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Burmese community confronts China
on support of Myanmar military regime

Nyunt Than, president of the Burmese American Democratic Alliance (BADA)
leads a protest Friday outside the Chinese Consulate in San Francisco.
Photo(s) by John Han

By Ari Burack

October 6, 2007

The Bay Area's Burmese community flexed its political muscle Friday with a peaceful protest aimed squarely at the Chinese government's support of the current military regime in Myanmar.

Hundreds of demonstrators lined an entire block outside San Francisco's Chinese Consulate in support of Myanmar's pro-democracy movement, calling on the Chinese government to compel the regime to end its crackdown on monks and protestors.

Chanting and bearing signs such as "Free Burma" and "Democracy for Burma," most came dressed in red colors matching the robes of Buddhist monks who led the recent protest in Myanmar, which began in August. Protestors were joined by groups of monks in silent meditation and prayer.

"Now is the time to help the people of Burma," said Nyunt Than, president of the Burmese American Democratic Alliance, which organized the protest. "We need to act. We need an internationally concerted effort to pressure this regime," he said.

Though news from the country has been trickling out slowly, current estimates put the number of monks and protestors detained in recent weeks in the thousands, Than said. Anywhere from 200 to 6,000 may have been killed, he said.

"We want China to use its influence...to pressure this regime to stop the killing," Than said.

According to Than, neighboring China offers considerable military and economic support to the Myanmar government because of the country's extensive gas and oil reserves.

"So they want to please this regime," Than explained. "For them to be stronger, do we have to be suffering?"

Organizers have also called for a boycott of the 2008 Olympics in Beijing.

Than said the Bay Area's Burmese population, which numbers about 20,000 to 30,000, was given support by members of the local Tibetan, Vietnamese and Thai communities, as well Christian and Muslim groups.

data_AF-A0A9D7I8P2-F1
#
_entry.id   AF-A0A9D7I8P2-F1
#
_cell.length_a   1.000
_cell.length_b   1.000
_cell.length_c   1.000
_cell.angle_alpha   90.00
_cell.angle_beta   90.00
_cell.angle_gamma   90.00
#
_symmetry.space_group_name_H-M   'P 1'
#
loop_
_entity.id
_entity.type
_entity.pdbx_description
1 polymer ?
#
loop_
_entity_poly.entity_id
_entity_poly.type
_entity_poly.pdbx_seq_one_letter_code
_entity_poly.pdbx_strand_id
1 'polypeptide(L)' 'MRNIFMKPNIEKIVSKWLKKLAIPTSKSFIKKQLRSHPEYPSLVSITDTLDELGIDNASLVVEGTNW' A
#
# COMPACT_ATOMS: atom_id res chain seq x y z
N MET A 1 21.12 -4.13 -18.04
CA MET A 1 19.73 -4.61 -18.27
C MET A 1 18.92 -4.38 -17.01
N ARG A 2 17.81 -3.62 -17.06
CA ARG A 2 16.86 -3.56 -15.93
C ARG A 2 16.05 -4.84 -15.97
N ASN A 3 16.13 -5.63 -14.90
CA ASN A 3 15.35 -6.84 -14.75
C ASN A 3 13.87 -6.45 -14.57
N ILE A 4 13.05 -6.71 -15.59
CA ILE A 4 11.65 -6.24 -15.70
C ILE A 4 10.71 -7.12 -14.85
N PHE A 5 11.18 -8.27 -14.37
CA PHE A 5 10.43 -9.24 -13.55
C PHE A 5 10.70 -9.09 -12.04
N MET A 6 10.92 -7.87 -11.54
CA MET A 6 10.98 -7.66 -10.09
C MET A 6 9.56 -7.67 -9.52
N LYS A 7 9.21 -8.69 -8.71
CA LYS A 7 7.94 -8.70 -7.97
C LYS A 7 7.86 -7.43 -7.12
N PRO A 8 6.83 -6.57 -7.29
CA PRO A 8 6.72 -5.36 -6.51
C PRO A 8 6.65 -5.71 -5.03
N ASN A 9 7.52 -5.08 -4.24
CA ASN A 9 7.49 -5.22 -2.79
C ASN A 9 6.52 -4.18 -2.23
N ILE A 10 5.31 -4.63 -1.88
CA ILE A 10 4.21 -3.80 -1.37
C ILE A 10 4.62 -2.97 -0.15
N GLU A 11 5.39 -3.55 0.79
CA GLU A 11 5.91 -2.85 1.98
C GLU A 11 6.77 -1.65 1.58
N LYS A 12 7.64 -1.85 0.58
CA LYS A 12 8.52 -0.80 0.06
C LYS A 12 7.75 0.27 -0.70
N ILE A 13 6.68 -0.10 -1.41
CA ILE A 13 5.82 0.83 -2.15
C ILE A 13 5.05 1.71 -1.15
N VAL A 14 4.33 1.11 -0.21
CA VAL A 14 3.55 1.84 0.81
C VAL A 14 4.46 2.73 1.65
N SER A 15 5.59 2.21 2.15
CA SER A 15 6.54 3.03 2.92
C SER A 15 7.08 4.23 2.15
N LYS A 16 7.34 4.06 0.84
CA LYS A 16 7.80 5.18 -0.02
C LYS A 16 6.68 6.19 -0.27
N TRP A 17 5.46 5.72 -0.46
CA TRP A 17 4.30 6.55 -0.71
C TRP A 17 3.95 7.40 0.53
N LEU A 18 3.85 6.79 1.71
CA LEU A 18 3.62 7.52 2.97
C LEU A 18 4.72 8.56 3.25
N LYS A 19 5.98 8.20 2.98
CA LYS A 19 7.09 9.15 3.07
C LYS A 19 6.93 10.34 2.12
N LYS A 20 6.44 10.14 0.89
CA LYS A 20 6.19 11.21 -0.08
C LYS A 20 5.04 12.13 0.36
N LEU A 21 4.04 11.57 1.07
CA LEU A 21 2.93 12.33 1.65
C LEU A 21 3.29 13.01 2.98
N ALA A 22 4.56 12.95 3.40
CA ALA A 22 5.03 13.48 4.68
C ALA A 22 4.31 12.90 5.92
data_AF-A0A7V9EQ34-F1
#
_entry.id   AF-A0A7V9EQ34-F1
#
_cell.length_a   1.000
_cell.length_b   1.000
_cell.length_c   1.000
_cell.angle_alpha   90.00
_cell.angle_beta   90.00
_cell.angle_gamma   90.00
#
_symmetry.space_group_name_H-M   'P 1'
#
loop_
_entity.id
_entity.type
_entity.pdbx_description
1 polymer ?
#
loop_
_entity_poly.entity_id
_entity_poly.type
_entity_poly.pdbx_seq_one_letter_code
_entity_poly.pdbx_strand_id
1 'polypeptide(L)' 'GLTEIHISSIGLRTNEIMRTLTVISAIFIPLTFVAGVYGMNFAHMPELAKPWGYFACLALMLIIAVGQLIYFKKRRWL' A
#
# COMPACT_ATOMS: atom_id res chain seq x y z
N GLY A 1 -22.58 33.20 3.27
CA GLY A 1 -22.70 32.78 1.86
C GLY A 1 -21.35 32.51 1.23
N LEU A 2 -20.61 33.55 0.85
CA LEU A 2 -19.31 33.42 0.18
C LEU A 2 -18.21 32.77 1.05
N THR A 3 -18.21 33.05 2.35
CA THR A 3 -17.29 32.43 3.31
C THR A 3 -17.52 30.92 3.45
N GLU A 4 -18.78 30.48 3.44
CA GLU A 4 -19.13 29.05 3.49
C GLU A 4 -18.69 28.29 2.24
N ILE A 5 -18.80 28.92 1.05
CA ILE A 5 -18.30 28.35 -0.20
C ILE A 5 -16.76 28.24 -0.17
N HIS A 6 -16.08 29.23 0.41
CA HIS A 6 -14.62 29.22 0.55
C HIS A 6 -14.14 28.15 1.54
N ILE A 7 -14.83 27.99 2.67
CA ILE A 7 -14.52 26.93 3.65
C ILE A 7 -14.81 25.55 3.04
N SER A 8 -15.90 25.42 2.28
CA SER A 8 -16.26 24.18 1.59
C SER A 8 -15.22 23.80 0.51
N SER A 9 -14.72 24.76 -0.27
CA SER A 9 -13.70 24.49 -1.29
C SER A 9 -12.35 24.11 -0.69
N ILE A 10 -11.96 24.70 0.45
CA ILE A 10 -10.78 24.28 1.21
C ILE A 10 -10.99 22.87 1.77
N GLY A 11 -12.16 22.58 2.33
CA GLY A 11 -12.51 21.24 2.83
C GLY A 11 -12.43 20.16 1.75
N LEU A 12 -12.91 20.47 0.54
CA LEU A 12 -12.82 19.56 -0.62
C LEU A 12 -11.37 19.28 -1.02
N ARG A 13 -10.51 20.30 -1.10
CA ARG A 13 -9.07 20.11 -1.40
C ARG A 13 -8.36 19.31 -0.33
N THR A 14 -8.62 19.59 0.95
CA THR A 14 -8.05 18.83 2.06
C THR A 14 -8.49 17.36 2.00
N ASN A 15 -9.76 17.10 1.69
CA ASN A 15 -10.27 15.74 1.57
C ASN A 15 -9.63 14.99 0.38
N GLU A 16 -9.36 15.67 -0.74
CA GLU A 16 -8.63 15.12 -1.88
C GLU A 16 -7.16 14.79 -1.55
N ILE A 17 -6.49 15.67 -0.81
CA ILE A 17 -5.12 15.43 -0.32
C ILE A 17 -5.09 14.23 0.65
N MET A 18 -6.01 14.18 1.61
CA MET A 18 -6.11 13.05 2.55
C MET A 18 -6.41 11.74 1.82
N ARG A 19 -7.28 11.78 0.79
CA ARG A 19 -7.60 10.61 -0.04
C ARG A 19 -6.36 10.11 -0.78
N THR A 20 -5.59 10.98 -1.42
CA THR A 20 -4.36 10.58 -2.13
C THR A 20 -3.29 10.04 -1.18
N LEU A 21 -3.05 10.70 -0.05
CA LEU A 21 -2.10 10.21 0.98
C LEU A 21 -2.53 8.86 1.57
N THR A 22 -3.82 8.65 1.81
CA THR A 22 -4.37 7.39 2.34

Iew Sit Neing, Burmese activist and student at City Colllege San Francisco.

According to BADA board member Nick Harmony, Myanmar's pro-democracy movement has been simmering for decades, and widespread demonstrations in 1988 were met with a massacre of protestors by government troops, he said.

A historic democratic election in 1990 was annulled by the government, which lost the election, Harmony said, and 1991 Nobel Peace Prize winner Aung San Suu Kyi has been under house arrest on and off for about 18 years, Harmony said. Suu Kyi, considered by pro-democracy activists to be the country's true leader, has been kept in solitary confinement for the last four years, Harmony said.

Aung San Suu Kyi

Hundreds of thousands of protestors have turned out countrywide over the last several weeks, spurred by the government's dramatic hike in gas prices in August, Harmony said.

Afterwards, demonstrators marched from the Consulate to Civic Center's UN Plaza where they held more rallies and a prayer ceremony for peace.

Workers at the Great American Music Hall on O'Farrell St.
watch as demonstrators march by.

A tenderloin woman makes a peace sign as marchers pass by.

Monks from various Buddhist faiths led a prayer ceremony at UN Plaza.

John Han contributed to this report.


Copyright © 2007 by Bay City News, Inc. -- Republication, Rebroadcast or any other Reuse without the express written consent of Bay City News, Inc. is prohibited.




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